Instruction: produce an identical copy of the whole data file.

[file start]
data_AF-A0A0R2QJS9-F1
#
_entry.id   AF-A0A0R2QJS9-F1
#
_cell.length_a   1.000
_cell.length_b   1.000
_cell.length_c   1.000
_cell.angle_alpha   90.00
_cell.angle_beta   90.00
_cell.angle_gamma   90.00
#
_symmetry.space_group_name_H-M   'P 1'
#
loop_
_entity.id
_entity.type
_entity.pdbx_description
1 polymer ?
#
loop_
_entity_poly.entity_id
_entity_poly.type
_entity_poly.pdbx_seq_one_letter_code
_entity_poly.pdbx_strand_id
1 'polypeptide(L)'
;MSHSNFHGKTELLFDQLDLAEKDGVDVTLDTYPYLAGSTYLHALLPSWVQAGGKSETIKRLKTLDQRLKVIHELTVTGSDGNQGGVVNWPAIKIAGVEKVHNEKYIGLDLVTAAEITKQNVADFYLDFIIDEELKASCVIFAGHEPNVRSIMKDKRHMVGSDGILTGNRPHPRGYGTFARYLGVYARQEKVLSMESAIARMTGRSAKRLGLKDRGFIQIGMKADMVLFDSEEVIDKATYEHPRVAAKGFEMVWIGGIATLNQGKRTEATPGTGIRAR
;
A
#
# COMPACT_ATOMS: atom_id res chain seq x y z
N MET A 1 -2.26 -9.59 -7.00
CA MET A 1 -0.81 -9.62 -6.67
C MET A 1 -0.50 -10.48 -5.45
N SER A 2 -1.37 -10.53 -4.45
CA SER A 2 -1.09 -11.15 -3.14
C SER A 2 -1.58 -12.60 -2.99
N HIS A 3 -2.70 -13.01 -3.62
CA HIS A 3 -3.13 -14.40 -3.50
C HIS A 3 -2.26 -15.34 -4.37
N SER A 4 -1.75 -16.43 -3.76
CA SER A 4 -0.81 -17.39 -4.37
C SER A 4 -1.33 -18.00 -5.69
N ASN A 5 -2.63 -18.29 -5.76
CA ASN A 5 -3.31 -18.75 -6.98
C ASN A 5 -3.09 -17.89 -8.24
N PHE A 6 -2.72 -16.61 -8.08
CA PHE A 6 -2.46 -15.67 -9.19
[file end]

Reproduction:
data_AF-A0A0R2QJS9-F1
#
_entry.id   AF-A0A0R2QJS9-F1
#
_cell.length_a   1.000
_cell.length_b   1.000
_cell.length_c   1.000
_cell.angle_alpha   90.00
_cell.angle_beta   90.00
_cell.angle_gamma   90.00
#
_symmetry.space_group_name_H-M   'P 1'
#
loop_
_entity.id
_entity.type
_entity.pdbx_description
1 polymer ?
#
loop_
_entity_poly.entity_id
_entity_poly.type
_entity_poly.pdbx_seq_one_letter_code
_entity_poly.pdbx_strand_id
1 'polypeptide(L)'
;MSHSNFHGKTELLFDQLDLAEKDGVDVTLDTYPYLAGSTYLHALLPSWVQAGGKSETIKRLKTLDQRLKVIHELTVTGSDGNQGGVVNWPAIKIAGVEKVHNEKYIGLDLVTAAEITKQNVADFYLDFIIDEELKASCVIFAGHEPNVRSIMKDKRHMVGSDGILTGNRPHPRGYGTFARYLGVYARQEKVLSMESAIARMTGRSAKRLGLKDRGFIQIGMKADMVLFDSEEVIDKATYEHPRVAAKGFEMVWIGGIATLNQGKRTEATPGTGIRAR
;
A
#
# COMPACT_ATOMS: atom_id res chain seq x y z
N MET A 1 -2.26 -9.59 -7.00
CA MET A 1 -0.81 -9.62 -6.67
C MET A 1 -0.50 -10.48 -5.45
N SER A 2 -1.37 -10.53 -4.45
CA SER A 2 -1.09 -11.15 -3.14
C SER A 2 -1.58 -12.60 -2.99
N HIS A 3 -2.70 -13.01 -3.62
CA HIS A 3 -3.13 -14.40 -3.50
C HIS A 3 -2.26 -15.34 -4.37
N SER A 4 -1.75 -16.43 -3.76
CA SER A 4 -0.81 -17.39 -4.37
C SER A 4 -1.33 -18.00 -5.69
N ASN A 5 -2.63 -18.29 -5.76
CA ASN A 5 -3.31 -18.75 -6.98
C ASN A 5 -3.09 -17.89 -8.24
N PHE A 6 -2.72 -16.61 -8.08
CA PHE A 6 -2.46 -15.67 -9.19